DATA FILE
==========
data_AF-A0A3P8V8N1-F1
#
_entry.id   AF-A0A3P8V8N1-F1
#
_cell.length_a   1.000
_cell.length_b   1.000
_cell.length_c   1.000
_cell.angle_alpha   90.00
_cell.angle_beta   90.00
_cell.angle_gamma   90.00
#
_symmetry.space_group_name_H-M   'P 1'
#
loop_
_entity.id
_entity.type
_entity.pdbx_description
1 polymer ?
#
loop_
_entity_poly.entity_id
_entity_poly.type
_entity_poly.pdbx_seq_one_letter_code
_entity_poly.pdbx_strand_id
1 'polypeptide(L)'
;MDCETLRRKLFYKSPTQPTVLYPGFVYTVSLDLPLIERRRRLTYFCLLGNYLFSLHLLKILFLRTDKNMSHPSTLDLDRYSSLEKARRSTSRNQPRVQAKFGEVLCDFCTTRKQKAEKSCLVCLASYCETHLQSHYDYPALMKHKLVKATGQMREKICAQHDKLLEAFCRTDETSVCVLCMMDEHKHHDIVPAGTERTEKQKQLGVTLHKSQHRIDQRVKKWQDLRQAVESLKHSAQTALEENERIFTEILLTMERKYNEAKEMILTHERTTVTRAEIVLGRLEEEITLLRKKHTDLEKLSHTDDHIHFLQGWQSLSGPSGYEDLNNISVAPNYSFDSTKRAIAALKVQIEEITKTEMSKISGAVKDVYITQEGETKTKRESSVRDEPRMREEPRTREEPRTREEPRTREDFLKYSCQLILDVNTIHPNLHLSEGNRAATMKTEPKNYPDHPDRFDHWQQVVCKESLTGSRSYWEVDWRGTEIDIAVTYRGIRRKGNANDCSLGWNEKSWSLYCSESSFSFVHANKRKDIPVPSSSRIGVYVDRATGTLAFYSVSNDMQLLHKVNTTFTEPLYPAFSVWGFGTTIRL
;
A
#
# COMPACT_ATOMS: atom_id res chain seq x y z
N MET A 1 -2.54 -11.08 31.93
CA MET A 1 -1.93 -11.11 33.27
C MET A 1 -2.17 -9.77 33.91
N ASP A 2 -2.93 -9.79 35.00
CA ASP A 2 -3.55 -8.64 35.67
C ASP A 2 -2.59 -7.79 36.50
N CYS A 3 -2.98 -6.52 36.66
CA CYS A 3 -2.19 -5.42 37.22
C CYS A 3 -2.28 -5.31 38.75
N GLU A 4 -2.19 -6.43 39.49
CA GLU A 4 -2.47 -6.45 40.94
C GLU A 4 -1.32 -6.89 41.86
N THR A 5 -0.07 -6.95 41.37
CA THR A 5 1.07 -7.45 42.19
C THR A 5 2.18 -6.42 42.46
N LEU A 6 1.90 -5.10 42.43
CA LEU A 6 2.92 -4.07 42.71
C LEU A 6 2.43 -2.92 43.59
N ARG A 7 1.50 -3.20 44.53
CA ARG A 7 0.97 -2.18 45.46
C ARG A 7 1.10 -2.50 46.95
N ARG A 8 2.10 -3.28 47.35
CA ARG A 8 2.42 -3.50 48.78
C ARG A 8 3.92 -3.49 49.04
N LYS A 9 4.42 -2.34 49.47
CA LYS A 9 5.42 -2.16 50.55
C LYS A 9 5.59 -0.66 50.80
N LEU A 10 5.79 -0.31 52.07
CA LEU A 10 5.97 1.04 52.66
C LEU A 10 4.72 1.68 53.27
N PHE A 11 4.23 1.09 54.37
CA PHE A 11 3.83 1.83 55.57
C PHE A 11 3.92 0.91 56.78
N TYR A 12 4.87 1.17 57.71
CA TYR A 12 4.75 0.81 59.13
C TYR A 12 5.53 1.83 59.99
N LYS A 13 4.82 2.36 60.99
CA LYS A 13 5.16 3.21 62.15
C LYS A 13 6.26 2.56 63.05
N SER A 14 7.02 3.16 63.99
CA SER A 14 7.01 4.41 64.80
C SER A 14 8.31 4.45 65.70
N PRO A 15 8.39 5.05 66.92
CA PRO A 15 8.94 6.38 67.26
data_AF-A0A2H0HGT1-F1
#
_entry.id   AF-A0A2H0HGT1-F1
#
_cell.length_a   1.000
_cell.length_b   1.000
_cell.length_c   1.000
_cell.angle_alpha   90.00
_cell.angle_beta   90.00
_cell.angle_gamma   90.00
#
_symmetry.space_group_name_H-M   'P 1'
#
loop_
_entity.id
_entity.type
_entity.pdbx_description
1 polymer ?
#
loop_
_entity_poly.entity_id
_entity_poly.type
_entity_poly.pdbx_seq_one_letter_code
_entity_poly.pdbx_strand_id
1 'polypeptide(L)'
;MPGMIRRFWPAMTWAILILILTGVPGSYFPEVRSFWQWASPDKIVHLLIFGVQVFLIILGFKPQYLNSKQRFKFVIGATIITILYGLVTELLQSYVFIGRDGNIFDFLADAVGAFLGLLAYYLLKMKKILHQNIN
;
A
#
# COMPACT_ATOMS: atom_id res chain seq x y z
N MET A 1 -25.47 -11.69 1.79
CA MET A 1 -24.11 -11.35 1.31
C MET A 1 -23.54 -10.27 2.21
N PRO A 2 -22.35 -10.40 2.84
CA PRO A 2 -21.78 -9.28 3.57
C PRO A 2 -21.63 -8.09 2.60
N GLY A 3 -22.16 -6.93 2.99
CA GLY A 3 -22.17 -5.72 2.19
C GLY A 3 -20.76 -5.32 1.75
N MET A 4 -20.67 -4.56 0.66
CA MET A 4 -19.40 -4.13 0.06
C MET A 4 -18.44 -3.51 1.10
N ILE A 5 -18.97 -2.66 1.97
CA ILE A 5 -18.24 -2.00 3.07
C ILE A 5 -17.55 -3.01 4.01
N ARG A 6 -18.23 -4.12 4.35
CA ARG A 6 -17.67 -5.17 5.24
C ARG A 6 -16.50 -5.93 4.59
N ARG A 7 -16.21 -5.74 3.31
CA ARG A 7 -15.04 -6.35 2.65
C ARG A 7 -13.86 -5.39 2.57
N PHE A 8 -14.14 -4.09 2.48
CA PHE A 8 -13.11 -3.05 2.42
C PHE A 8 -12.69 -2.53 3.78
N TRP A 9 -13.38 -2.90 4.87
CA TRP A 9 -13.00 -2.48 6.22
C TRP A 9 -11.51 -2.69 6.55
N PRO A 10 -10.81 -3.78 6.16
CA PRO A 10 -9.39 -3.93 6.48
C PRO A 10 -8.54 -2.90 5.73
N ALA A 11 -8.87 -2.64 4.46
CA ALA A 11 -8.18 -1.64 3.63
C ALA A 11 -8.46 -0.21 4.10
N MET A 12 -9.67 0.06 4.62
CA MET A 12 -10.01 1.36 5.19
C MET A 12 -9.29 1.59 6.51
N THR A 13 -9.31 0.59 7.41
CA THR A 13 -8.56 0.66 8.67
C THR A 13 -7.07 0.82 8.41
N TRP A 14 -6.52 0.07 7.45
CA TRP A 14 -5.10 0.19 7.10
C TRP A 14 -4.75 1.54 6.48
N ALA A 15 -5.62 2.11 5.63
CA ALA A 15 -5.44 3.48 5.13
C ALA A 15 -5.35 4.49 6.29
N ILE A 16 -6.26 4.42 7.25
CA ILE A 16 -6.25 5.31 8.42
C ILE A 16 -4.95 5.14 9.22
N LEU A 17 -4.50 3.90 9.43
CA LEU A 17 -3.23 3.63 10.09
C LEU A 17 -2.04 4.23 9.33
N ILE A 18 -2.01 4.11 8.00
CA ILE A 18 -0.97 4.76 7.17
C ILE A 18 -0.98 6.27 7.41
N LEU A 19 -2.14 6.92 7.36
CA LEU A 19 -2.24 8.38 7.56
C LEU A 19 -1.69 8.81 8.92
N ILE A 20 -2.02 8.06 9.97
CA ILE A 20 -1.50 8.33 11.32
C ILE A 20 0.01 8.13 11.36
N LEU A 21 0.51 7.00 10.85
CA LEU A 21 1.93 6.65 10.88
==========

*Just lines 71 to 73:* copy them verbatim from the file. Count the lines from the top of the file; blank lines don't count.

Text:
CA SER A 14 7.01 4.41 64.80
C SER A 14 8.31 4.45 65.70
N PRO A 15 8.39 5.05 66.92